Technovation Challenge encourages a suite of transferable skills in our students that reach beyond a traditional, classroom-based computer science curriculum. The curriculum has the direct, hands-on application of creating a personally relevant mobile app instead of taking a programming test in a classroom. The interdisciplinary focus on applied computer science and business encourages girls to work as part of a team to create an original and relevant product. The Pitch events challenge the girls further by asking them to communicate their ideas, process, and final product to an audience and panel of experts.

Our curriculum utilizes App Inventor, a blocks-based language that is ideal for beginners because it is a visual (rather than textual) interface, which demonstrates programming concepts in a very intuitive and straightforward way. App Inventor is used by high-level universities such as MITUSF, and Wellesley, as well as other youth-oriented app development programs such as Apps for Good.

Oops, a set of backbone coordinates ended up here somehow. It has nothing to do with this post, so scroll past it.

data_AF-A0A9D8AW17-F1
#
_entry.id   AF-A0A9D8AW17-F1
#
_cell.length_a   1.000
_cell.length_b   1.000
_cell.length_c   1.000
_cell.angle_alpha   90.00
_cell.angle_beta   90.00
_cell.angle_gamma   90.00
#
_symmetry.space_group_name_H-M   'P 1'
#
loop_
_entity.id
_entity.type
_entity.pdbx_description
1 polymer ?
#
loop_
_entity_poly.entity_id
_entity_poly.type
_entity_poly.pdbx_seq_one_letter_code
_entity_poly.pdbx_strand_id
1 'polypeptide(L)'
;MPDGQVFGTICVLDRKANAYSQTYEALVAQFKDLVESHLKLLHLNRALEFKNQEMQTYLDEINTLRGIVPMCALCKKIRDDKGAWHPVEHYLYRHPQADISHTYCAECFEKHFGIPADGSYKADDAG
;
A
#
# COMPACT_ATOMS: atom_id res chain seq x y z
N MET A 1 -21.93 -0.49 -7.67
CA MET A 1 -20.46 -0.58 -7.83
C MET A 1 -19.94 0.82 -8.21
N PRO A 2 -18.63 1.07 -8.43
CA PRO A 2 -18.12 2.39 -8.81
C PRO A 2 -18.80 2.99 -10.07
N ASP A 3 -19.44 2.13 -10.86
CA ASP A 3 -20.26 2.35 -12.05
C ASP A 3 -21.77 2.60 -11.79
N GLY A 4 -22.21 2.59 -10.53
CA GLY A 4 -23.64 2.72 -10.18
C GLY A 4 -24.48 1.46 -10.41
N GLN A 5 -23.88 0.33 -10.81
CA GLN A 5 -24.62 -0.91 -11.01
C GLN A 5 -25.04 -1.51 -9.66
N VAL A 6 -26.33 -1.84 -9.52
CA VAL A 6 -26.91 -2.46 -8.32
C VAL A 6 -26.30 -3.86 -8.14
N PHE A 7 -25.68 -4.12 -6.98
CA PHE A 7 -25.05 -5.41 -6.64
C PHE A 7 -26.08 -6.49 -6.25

Video of Prof. Hal Abelson from MIT talking about App Inventor.

In addition to programming, the Technovation curriculum also teaches students the basic fundamentals of entrepreneurship through a philosophy known as Lean. The Lean methodology is taught by 9 of the top 10 U.S. business schools and recommended by Sheryl Sandberg. Eric Ries, author of The Lean Startup: How Today’s Entrepreneurs Use Continuous Innovation to Create Radically Successful Businesses, was a guest speaker in the 2012 Technovation program (see video below).

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